House in Humerail ‘a serious health risk’

This house in the Humerail area has become a health risk to the surrounding community, who has been battling to address the issue for nearly seven years.             Photo:ANIKA DE BEER
This house in the Humerail area has become a health risk to the surrounding community, who has been battling to address the issue for nearly seven years. Photo:ANIKA DE BEER

AFTER nearly seven years, the residents of Humerail are finally fed up with asking for help regarding the run-down house that seems to be the source of many of their problems.

According to Leon Albertyn, who lives only two houses away from the property in question, the last time anyone really lived there was in 2012 before it was sold.

“The house has been empty since then. The property belongs to a doctor in Uitenhage and he is not interested in doing anything about that place. We have placed several calls to him, written letters to Dean Biddulph (Ward 2 Councillor) and the municipality, to no avail,” Albertyn said.

“The doctor bought the house and did nothing with it.”

He showed PE Express a number of emails and letters addressed to Biddulph that date back to February 28, 2012 regarding the state of the property and the effect it has on the surrounding community.

“Biddulph took the matter to the municipality and they came out one day to look at the property. That was in 2014.”

According to Albertyn, the house also sustained severe damage in a fire almost two years ago that was caused by squatters who set up camp there.

“The more we complain, the more we call the police, the DA (Democratic Alliance), the municipality, the less of a reaction we get.

“They (DA) said they would take the matter up with the owner of the house. Nothing happened. In December, they came and removed a bit of garbage from the house. But the squatters came back.”

Albertyn said the state of the house has also contributed to a significant rise in crime in the neighbourhood.

“The entire Humerail is complaining about that house. We have picked up home-made weapons in the bushes here. A person feels threatened,” he said. “We have also had several break-ins since 2012. The last break-in at my house was about four months ago.”

He said an employee at the office park, located across the street from his house, was also robbed at gunpoint in broad daylight last year while she was on her lunch break.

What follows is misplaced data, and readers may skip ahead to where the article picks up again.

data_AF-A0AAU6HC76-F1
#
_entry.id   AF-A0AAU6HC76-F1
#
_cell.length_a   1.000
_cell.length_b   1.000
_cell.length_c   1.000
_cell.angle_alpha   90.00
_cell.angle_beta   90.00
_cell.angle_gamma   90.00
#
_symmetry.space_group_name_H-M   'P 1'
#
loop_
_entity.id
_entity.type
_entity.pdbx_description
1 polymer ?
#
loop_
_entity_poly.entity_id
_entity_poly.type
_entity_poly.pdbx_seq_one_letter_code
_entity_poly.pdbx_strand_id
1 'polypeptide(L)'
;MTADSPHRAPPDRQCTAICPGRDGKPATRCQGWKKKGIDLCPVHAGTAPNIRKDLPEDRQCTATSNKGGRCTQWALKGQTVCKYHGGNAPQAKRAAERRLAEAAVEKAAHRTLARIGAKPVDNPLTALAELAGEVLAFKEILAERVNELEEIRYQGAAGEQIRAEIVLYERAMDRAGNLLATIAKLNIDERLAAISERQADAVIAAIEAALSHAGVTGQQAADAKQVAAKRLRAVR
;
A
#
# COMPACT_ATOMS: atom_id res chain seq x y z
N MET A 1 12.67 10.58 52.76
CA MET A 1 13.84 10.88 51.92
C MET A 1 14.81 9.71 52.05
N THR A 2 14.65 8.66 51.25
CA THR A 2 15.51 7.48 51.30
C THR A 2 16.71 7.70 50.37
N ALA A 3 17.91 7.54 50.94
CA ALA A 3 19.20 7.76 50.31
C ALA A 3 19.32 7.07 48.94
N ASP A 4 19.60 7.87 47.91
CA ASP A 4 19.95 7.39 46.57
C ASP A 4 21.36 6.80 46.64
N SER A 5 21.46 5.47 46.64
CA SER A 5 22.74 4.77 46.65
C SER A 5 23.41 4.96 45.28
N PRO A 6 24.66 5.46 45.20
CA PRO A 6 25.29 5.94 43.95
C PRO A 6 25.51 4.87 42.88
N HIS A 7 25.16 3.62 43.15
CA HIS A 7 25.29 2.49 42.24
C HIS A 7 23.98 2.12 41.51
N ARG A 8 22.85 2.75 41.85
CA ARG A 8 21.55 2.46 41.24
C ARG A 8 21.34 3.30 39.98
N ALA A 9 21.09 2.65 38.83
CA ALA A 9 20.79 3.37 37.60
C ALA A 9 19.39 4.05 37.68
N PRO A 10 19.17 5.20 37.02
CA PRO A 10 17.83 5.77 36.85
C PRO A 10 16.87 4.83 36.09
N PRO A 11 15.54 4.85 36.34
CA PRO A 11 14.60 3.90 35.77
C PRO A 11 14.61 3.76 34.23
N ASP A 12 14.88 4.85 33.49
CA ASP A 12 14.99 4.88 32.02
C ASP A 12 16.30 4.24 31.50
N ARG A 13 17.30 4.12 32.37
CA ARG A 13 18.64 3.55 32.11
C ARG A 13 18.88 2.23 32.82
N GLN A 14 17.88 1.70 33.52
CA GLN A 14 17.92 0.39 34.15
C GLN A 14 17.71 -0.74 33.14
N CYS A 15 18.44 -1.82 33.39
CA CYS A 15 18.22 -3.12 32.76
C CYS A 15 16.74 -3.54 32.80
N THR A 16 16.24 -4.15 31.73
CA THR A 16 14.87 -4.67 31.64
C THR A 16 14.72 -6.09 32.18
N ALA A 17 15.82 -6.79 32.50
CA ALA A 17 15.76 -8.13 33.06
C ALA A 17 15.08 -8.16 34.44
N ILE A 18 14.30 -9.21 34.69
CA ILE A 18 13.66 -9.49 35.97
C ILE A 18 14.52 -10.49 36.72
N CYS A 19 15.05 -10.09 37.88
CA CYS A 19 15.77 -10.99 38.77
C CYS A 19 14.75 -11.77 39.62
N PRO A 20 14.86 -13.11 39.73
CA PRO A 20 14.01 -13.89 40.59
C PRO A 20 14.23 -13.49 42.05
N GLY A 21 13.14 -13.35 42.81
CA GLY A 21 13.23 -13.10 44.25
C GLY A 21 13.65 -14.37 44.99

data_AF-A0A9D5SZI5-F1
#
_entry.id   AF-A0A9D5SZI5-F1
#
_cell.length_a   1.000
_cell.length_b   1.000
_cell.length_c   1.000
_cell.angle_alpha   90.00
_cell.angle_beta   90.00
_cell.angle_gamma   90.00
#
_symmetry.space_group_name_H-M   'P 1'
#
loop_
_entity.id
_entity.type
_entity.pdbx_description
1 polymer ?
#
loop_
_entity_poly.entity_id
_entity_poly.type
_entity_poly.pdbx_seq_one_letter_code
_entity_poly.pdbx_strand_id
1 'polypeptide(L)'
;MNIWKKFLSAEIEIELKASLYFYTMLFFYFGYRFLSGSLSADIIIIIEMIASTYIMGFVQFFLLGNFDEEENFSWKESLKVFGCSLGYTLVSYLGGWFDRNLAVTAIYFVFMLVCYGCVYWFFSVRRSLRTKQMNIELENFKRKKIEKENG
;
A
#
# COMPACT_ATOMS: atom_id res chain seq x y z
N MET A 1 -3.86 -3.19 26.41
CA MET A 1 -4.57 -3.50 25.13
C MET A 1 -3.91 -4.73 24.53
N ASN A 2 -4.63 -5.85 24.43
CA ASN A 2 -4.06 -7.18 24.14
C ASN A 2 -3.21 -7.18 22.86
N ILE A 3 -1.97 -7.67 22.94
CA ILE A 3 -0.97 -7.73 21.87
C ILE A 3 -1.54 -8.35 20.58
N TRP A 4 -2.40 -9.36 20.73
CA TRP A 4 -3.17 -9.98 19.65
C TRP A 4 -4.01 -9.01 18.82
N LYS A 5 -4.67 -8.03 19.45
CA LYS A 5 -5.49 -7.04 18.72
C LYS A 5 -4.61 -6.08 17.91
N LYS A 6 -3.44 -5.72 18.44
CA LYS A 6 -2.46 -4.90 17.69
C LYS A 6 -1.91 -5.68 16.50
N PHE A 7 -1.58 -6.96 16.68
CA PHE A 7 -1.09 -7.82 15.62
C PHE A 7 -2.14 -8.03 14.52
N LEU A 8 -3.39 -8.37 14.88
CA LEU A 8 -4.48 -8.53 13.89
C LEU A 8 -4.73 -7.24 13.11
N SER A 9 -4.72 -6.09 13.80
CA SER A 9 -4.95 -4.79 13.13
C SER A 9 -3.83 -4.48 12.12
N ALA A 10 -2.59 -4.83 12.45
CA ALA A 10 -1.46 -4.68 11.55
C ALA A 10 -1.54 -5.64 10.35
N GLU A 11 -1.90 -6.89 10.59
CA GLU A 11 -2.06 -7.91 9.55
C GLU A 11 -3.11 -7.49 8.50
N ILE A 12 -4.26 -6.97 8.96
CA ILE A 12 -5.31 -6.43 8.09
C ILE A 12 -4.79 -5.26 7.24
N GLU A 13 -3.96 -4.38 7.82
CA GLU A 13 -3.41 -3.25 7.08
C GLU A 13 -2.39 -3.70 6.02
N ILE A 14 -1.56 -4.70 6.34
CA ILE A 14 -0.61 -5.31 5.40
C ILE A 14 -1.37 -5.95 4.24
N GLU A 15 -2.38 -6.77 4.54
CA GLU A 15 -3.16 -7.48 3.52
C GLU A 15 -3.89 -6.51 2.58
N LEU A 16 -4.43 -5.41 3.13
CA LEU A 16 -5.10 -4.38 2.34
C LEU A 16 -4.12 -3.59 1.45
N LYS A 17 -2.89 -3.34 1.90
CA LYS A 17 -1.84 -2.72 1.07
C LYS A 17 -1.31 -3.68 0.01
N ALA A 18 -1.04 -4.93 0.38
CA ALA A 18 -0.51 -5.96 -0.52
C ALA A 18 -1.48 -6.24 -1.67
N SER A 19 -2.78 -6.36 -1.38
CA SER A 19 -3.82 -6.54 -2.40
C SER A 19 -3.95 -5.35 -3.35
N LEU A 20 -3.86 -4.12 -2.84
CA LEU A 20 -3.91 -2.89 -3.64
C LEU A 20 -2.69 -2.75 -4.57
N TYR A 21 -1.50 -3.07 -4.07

“As taxpayers, we are entitled to a neat and safe environment. When the wind blows just right, in our direction, you catch the stink of that place as the people do their thing there.

“Just look at what it looks like in there. It is enough for diseases, snakes, cockroaches and mice to breed. I can’t tell you how many mice I find in my house. It is a serious health risk.

“If the municipality is not going to start addressing the issue, then I just don’t know what to do anymore.

“It is the municipality’s duty to force the owner to clean this place up,” he said.

Biddulph said, “I am acutely aware of the property to which you refer.

“The specific challenge relates to the fact that the property is not a municipal building but is privately owned.

“As such, the powers of law enforcement in this regard are unfortunately limited.”

According to Biddulph, he has, on numerous occasions, requested inspections of the property by the health inspector, building inspectorate, the SAPS and others for health and safety inspections and for the removal of illegal occupants.

“The metro has yet to promulgate a functioning problem building by-law which will assist greatly in dealing with problem properties, such as these.

“This by-law has been drafted and now has to go out on a process of public participation before it can be approved by council.

“I have again written on January 15 to the building inspector to request an assessment for a possible demolition order given the poor state of the buildings on the property.”

  • Several attempts by the PE Express to contact the owner of the house were unsuccessful.
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